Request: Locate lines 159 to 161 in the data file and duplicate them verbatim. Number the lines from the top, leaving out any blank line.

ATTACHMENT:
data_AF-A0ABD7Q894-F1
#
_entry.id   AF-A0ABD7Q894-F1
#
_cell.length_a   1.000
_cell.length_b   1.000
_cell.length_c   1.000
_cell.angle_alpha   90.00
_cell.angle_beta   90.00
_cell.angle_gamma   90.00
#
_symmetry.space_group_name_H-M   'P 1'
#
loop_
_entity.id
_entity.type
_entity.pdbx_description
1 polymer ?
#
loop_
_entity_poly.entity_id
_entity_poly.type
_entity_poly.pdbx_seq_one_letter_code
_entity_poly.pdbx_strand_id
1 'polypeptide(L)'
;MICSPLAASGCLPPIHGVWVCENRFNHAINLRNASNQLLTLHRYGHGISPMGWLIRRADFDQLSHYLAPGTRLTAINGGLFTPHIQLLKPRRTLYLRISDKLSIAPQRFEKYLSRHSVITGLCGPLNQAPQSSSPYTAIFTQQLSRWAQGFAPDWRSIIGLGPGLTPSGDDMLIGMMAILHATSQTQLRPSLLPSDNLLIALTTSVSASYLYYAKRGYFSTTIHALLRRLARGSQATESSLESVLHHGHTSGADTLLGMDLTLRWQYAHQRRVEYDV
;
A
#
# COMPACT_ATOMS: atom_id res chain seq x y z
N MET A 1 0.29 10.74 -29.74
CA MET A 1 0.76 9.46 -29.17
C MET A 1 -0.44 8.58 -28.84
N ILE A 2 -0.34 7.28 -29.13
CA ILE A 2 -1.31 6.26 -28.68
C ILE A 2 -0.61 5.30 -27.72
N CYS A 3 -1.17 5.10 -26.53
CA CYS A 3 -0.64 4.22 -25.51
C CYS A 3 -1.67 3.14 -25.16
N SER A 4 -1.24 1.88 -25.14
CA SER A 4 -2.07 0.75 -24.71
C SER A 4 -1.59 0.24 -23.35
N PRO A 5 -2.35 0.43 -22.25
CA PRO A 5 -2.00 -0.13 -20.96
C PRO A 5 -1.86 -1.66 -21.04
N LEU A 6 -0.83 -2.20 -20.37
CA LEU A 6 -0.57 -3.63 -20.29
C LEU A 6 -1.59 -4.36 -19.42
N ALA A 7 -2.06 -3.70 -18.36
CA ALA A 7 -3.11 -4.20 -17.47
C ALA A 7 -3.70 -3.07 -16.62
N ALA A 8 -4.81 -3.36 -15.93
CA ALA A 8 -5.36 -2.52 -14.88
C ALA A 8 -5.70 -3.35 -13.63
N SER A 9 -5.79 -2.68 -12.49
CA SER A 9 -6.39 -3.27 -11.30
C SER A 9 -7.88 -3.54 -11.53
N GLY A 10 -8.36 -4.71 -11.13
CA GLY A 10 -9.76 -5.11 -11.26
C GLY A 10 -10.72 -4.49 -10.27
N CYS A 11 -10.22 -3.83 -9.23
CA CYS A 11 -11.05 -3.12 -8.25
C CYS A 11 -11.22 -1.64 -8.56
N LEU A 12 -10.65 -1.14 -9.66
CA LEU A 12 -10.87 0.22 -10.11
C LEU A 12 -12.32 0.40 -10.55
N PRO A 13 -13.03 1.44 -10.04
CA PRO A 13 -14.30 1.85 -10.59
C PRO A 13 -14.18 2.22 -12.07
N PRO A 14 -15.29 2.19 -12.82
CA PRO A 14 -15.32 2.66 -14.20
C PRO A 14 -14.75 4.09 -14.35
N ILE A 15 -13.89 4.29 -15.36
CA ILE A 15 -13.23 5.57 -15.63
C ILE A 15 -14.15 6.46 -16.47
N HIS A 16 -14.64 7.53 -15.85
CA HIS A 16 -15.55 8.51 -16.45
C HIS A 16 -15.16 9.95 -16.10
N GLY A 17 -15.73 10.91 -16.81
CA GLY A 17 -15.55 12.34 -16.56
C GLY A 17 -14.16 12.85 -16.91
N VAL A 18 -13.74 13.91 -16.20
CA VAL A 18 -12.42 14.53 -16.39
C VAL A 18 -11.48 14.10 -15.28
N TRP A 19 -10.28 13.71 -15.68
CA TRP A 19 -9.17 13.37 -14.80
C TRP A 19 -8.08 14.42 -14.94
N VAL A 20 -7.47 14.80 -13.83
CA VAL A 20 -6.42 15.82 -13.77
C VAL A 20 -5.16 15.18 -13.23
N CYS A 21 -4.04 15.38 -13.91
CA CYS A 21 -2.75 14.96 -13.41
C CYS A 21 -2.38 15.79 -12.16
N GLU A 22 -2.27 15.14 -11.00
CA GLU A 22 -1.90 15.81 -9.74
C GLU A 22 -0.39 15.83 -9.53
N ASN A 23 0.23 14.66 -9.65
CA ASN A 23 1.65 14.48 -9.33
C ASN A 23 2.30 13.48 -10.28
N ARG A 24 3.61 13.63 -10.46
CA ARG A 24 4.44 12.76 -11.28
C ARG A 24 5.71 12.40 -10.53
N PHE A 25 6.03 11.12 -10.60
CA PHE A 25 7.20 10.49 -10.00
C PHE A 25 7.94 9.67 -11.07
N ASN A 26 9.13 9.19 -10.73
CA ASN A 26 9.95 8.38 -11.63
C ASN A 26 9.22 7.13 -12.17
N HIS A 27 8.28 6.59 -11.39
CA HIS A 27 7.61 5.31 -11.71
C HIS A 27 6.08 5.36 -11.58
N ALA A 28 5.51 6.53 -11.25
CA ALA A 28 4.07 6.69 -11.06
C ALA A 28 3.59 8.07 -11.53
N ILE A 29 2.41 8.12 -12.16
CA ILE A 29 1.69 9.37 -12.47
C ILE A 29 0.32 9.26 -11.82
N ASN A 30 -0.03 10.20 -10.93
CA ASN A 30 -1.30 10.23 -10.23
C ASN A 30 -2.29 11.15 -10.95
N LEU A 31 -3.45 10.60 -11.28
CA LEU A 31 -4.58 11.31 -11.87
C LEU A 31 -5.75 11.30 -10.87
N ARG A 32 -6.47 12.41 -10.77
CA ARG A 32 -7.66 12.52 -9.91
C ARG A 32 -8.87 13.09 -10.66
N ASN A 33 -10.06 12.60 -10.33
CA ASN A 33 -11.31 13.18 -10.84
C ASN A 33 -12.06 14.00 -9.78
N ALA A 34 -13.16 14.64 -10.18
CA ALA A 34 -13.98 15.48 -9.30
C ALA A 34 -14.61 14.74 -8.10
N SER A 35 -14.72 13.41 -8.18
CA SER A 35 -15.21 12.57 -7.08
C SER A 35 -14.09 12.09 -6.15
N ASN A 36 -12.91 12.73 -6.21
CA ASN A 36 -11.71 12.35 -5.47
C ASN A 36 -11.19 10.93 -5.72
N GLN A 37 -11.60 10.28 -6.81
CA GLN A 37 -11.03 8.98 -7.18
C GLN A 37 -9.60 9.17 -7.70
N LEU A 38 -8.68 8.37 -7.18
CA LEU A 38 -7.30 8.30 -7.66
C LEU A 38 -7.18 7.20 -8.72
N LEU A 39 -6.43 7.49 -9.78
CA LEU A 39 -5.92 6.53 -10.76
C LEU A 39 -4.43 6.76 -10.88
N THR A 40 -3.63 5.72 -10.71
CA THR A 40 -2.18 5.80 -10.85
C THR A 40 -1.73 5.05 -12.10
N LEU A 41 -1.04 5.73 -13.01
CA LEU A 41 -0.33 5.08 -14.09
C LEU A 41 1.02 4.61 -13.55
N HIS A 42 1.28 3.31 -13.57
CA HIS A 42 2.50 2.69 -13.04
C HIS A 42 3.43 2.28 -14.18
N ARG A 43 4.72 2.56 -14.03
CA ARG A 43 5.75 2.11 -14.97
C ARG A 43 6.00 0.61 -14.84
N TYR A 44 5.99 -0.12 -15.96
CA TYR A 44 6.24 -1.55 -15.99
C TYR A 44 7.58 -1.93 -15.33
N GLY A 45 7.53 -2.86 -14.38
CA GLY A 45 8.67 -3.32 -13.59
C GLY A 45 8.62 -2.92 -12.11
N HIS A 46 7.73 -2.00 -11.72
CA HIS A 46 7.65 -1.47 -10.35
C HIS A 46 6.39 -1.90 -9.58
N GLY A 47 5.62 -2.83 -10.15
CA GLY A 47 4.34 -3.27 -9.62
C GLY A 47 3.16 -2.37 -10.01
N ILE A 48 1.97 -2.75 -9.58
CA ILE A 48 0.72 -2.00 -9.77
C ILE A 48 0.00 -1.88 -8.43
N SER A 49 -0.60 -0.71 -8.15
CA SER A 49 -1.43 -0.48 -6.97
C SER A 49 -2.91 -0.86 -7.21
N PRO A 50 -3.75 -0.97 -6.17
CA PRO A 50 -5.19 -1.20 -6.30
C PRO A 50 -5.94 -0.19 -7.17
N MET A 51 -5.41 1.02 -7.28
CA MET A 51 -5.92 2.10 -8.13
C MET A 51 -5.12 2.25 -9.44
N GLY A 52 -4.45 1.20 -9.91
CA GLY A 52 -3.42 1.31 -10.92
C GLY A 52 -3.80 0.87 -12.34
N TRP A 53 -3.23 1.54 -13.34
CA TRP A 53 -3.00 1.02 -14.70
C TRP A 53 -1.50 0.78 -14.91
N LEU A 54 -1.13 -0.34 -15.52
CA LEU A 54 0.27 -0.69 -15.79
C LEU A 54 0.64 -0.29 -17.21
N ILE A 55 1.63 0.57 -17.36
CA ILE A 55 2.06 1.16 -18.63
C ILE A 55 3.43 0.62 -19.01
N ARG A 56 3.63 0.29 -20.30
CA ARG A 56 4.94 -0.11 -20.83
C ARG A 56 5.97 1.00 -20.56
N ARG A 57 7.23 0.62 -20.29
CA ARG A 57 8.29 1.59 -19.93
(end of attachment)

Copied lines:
C ARG A 43 6.00 0.61 -14.84
N TYR A 44 5.99 -0.12 -15.96
CA TYR A 44 6.24 -1.55 -15.99